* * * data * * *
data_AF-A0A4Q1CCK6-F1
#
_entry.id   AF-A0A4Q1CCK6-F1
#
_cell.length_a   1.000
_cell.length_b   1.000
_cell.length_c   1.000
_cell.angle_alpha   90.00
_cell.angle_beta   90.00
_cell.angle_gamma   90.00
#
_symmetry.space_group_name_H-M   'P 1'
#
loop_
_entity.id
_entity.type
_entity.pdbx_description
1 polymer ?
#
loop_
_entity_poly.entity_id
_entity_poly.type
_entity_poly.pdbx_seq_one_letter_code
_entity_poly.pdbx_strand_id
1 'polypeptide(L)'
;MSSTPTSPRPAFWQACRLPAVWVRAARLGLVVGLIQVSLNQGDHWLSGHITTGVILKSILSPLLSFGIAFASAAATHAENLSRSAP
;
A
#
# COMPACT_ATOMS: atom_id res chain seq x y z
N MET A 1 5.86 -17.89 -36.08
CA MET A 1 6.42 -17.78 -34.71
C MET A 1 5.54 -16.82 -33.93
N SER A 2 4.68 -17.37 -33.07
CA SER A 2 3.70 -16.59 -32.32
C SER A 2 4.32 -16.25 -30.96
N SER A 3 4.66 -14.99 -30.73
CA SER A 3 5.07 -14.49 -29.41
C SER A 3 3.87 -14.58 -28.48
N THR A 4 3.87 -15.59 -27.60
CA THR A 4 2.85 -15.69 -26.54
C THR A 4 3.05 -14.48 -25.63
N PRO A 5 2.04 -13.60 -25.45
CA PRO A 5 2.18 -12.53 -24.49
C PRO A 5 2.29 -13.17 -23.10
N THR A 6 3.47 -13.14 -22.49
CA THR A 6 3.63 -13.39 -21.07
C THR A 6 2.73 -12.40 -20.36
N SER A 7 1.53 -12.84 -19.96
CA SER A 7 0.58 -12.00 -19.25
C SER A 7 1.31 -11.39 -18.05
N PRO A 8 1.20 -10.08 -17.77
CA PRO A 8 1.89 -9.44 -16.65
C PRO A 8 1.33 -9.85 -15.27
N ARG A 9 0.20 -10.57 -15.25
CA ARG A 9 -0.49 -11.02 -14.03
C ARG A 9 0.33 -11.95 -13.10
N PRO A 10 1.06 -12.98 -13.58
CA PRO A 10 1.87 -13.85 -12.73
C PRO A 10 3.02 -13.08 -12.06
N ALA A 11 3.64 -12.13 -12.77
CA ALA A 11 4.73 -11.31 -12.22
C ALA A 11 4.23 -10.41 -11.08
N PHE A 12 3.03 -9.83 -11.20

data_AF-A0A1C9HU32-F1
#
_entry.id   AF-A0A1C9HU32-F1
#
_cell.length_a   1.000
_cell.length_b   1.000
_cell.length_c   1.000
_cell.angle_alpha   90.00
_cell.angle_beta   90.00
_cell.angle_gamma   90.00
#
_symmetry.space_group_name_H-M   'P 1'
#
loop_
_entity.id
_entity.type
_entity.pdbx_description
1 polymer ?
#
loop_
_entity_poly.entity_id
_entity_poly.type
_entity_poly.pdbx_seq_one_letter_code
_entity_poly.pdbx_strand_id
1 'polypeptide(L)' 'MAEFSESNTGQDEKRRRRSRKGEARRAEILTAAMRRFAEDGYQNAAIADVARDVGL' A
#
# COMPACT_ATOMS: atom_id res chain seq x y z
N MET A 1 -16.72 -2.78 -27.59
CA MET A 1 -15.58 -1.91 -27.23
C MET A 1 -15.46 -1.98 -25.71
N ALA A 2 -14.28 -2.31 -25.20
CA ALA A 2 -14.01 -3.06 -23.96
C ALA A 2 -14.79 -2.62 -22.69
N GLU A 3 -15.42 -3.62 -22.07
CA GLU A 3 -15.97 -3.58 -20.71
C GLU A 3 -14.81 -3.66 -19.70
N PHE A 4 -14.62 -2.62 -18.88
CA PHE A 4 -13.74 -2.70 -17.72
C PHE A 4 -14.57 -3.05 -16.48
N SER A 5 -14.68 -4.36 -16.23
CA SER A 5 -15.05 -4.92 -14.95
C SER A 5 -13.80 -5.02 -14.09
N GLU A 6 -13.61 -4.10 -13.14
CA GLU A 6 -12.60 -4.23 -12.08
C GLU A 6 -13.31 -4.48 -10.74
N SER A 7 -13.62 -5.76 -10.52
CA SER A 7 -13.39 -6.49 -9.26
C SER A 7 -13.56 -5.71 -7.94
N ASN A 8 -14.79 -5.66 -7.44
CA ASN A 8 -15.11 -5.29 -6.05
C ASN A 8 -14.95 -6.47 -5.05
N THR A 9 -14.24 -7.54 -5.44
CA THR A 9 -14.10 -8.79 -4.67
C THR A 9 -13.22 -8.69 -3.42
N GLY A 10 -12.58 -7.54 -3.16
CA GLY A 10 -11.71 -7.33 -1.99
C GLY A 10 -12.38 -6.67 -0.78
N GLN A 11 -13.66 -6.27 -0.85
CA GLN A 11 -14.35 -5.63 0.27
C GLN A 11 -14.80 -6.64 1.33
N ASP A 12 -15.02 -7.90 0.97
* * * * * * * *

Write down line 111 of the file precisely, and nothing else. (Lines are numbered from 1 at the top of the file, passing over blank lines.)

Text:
CA SER A 7 -13.39 -6.49 -9.26